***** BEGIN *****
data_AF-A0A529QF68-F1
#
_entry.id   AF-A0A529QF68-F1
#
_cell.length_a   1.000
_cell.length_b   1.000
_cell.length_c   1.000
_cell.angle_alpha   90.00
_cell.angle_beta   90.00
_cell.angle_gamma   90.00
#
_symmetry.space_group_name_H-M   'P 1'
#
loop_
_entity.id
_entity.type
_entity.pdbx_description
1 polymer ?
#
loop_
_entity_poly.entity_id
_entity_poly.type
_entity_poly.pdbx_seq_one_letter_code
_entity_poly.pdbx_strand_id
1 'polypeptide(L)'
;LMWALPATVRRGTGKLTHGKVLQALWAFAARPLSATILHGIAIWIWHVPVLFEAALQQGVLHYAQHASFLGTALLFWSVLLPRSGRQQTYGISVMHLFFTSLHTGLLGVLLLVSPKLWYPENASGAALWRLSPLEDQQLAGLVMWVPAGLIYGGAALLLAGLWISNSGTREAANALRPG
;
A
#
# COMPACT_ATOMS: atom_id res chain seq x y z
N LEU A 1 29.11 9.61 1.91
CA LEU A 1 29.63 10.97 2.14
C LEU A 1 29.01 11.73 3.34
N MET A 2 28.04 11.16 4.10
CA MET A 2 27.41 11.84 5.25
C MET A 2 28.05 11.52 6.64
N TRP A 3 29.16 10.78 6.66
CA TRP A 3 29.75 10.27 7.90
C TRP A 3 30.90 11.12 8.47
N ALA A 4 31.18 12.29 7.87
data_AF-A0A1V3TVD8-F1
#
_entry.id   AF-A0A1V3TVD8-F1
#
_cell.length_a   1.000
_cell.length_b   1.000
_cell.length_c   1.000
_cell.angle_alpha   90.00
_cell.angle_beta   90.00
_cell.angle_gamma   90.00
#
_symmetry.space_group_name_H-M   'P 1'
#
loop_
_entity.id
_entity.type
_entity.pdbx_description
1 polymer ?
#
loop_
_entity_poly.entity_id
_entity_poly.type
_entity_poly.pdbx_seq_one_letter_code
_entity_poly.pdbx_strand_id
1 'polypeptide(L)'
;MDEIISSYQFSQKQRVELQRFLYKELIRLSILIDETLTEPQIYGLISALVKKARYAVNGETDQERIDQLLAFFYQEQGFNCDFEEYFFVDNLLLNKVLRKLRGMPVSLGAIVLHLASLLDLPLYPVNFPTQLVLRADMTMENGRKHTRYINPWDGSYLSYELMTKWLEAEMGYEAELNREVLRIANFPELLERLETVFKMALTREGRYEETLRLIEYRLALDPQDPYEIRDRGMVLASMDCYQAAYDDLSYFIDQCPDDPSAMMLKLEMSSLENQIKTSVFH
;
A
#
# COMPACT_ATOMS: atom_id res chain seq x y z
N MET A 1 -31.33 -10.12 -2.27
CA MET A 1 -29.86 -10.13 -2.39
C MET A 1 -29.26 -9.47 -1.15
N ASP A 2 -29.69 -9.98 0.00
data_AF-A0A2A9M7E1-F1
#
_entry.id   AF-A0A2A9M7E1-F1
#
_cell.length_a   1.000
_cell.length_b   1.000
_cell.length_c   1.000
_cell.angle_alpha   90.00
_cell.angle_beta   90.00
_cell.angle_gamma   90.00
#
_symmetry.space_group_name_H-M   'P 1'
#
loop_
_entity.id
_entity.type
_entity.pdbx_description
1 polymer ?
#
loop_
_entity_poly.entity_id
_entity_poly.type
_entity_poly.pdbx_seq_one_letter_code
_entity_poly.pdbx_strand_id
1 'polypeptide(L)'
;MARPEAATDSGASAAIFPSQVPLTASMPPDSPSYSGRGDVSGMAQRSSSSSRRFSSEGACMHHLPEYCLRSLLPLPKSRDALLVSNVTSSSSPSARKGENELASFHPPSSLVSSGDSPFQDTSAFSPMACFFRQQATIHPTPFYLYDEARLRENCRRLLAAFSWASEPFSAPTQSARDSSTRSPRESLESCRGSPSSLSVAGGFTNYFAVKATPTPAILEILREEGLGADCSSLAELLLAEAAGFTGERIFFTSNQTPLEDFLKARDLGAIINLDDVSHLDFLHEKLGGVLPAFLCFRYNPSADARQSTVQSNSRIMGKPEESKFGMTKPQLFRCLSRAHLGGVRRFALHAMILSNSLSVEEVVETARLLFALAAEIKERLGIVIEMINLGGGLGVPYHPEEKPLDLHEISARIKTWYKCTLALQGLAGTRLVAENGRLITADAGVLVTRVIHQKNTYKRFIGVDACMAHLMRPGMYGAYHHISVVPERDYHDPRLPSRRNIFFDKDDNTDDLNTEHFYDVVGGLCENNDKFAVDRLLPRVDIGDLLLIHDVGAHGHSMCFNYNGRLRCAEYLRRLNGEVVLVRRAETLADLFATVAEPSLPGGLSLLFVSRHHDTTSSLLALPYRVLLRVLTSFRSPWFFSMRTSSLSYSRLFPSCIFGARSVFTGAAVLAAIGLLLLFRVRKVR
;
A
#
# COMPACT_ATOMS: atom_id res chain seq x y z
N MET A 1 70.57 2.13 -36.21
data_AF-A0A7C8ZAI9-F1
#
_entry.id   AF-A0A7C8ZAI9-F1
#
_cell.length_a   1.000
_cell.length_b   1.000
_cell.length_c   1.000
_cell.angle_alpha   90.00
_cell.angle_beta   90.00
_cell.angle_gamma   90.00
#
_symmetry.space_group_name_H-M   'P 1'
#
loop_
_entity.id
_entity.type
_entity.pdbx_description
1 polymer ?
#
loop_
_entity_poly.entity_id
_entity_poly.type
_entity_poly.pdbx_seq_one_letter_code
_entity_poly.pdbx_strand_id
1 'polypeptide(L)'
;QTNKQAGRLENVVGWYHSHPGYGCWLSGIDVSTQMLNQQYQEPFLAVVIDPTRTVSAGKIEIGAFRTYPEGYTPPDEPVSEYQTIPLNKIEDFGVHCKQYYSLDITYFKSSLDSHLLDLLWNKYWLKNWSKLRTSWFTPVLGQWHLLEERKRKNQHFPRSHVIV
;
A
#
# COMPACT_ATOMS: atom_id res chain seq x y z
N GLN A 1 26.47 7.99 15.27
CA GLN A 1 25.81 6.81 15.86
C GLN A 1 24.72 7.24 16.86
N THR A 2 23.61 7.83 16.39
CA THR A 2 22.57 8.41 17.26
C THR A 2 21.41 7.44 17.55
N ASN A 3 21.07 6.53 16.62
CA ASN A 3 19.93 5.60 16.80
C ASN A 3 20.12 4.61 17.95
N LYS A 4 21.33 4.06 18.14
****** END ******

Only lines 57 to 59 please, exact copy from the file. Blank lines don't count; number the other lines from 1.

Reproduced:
_entity.pdbx_description
1 polymer ?
#